Advocates of the Atkins™ diet contend that a high protein diet with limited carbohydrate intake leads to quicker weight loss through a fat-burning process called ketosis. Only certain alcoholic beverages with little or no carbohydrates are recommended on the Atkins™ diet. Some dieters claim to have problems with the Atkins™ diet and alcohol consumption, because alcoholic beverages reportedly interfere with ketosis, thus slowing the progress of weight loss. Alcohol contains empty calories, or calories with no nourishment, and it can also rob the body of essential nutrients.
Foods with a high amount of sugar and starch are not advised on the Atkins™ diet, while foods comprised of complex carbohydrates like and vegetables are recommended. Most of the calories from the Atkins™ diet should be derived from protein. The diet supposedly works by inducing a state in the body in which fat is burned, instead of carbohydrates and protein. This process, known as ketosis, is the reason for the diet’s success, according to supporters.
During the first two-week phase of the Atkins™ diet, alcohol is not allowed. After two weeks, dry wines which have few carbohydrates, and hard liquors like vodka, whisky and scotch, which have no carbohydrates, are allowed. The Atkins™ diet and alcohol with high carbohydrate like beer, sweet red wine, port and sherry do not go together at any phase.
According to the theory behind the Atkins™ diet and alcohol intake, the body will burn alcohol first for fuel, therefore interrupting the fat burning process of ketosis. Some Atkins™ dieters claim that the moderate consumption of alcohol does not interfere with the success of the diet, however, other dieters claim that the combined effects of the Atkins™ diet and alcohol consumption stalls weight loss. These varying claims may be the result of differences between individual metabolisms or the amount of alcohol consumed.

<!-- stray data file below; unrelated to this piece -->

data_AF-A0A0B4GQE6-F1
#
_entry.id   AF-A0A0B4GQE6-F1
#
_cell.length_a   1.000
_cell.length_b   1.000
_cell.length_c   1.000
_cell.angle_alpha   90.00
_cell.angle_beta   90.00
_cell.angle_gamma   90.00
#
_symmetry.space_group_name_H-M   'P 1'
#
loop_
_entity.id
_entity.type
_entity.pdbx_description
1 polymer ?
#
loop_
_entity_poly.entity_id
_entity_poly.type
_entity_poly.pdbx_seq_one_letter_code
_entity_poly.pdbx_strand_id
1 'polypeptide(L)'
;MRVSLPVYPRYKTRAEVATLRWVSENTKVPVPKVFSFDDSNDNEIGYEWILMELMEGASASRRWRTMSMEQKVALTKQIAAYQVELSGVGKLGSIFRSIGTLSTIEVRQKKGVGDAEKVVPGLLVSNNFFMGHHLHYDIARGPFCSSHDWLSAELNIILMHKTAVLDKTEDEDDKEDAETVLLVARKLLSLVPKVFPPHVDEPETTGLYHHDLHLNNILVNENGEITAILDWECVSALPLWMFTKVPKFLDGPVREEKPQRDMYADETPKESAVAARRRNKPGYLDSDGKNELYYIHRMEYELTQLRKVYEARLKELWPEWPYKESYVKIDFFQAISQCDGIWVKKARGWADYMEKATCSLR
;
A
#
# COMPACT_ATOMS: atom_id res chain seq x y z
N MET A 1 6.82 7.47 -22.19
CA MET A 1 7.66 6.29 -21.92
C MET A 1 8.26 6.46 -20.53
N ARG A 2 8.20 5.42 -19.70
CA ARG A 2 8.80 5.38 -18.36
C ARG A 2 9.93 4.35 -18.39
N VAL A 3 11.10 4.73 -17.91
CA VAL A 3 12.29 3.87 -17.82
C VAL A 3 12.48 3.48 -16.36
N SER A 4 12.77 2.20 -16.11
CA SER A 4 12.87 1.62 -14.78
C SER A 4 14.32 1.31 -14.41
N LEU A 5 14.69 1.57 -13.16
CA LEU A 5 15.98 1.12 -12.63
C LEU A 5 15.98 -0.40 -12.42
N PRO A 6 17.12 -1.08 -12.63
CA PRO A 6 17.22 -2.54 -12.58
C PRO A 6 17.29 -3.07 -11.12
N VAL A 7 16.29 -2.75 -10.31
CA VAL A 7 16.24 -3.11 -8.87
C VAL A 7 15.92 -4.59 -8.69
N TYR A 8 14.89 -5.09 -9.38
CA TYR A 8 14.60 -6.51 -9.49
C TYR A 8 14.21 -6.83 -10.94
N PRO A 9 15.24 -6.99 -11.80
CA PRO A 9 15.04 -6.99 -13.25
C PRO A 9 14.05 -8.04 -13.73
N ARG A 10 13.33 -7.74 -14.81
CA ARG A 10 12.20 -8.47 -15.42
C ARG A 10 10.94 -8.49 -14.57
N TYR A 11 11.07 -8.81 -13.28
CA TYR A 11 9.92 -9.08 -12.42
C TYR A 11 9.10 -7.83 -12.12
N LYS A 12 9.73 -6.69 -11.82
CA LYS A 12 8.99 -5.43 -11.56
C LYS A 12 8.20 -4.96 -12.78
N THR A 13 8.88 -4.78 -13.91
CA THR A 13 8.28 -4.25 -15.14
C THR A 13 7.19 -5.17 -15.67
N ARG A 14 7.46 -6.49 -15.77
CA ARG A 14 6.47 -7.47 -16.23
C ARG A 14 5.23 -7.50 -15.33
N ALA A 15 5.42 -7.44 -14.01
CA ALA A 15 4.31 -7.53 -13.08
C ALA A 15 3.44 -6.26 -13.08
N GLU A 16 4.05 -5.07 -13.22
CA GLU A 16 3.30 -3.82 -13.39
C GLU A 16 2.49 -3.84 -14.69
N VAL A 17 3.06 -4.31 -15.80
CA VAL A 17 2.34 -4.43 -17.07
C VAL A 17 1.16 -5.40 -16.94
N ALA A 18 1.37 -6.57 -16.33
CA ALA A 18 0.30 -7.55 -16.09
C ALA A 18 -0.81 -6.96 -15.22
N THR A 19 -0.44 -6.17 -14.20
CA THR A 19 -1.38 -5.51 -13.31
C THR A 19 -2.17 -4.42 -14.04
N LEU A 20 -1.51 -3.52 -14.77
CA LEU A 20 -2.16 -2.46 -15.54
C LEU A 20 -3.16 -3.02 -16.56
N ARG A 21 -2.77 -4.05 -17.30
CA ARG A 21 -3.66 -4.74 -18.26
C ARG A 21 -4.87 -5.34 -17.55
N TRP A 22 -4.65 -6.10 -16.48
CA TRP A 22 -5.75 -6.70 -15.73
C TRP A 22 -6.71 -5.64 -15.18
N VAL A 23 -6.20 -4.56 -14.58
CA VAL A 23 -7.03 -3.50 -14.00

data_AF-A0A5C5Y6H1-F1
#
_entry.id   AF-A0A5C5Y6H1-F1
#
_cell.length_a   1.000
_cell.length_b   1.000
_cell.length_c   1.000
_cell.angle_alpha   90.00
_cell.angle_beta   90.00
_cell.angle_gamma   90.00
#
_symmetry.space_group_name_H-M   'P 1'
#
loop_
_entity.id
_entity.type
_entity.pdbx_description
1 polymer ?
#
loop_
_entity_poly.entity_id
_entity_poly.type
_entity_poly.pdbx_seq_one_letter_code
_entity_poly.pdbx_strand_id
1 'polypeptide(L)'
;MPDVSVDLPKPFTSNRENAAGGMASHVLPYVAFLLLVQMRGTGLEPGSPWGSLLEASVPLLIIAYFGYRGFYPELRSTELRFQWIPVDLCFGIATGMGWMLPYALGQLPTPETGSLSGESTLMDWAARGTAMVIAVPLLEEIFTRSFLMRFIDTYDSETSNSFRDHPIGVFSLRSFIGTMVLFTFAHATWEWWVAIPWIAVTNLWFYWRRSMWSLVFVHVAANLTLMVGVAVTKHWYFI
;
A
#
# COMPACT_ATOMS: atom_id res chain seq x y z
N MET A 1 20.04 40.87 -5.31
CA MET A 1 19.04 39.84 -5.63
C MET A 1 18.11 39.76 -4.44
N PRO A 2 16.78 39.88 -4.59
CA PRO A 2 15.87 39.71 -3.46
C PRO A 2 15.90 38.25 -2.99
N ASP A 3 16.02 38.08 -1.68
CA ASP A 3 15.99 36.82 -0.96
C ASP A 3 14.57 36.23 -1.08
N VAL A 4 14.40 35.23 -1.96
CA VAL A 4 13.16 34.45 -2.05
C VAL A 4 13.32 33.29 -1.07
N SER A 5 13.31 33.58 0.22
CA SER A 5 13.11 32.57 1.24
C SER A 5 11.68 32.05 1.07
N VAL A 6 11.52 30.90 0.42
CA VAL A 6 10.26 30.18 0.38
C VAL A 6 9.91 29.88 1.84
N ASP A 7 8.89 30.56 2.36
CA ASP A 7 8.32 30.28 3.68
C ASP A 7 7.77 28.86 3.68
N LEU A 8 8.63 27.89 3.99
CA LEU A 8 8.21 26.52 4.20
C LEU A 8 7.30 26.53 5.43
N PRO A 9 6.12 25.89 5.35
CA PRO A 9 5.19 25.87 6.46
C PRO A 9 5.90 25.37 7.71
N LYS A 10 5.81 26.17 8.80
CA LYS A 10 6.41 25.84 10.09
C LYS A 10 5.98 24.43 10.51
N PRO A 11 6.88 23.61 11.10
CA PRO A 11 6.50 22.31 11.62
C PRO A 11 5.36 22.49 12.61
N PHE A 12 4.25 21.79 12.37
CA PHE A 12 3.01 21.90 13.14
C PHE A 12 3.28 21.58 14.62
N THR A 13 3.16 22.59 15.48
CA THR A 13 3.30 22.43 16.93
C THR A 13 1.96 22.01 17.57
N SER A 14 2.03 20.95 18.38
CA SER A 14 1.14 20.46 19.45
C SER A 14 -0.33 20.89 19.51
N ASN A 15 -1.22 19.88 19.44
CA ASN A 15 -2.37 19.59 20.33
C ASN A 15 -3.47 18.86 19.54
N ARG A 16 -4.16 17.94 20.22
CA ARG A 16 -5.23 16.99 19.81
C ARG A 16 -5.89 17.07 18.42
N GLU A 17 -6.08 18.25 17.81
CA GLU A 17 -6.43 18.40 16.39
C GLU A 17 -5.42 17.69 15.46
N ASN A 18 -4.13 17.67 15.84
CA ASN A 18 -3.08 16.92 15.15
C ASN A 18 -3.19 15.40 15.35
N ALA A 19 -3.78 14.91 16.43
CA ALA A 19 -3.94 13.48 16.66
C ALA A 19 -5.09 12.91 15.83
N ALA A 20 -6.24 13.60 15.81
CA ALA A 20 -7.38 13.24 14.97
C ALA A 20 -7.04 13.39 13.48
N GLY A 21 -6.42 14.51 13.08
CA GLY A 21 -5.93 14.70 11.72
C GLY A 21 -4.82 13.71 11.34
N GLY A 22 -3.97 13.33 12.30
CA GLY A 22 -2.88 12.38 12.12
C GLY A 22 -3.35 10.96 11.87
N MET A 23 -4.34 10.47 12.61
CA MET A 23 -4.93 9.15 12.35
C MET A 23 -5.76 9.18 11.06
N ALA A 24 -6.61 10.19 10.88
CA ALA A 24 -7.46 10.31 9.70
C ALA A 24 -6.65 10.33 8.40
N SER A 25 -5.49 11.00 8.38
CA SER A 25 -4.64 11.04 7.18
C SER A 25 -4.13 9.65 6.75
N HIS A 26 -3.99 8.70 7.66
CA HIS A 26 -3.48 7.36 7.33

While the Atkins diet suggests moderate amounts of hard liquor over high carbohydrate beers and wines, consumption of hard liquor may lead to quicker impairment of thought processes and body reactions. In addition, those on a restricted diet should remember that alcohol provides calories, but no nourishment. It can also deplete the body of important nutrients, such as zinc and magnesium.
Dr. Robert Atkins, the developer of the diet, was trained as a cardiologist and claimed that a diet high in carbohydrates from processed, sugary foods increased the risks chronic disease. In response to an overabundance of carbohydrates, the body supposedly produces too much insulin, which then prevents fat from being metabolized efficiently. Atkins proposed that his diet not only led to weight loss, but also decreased the chances of high blood pressure, high cholesterol, heart disease and diabetes.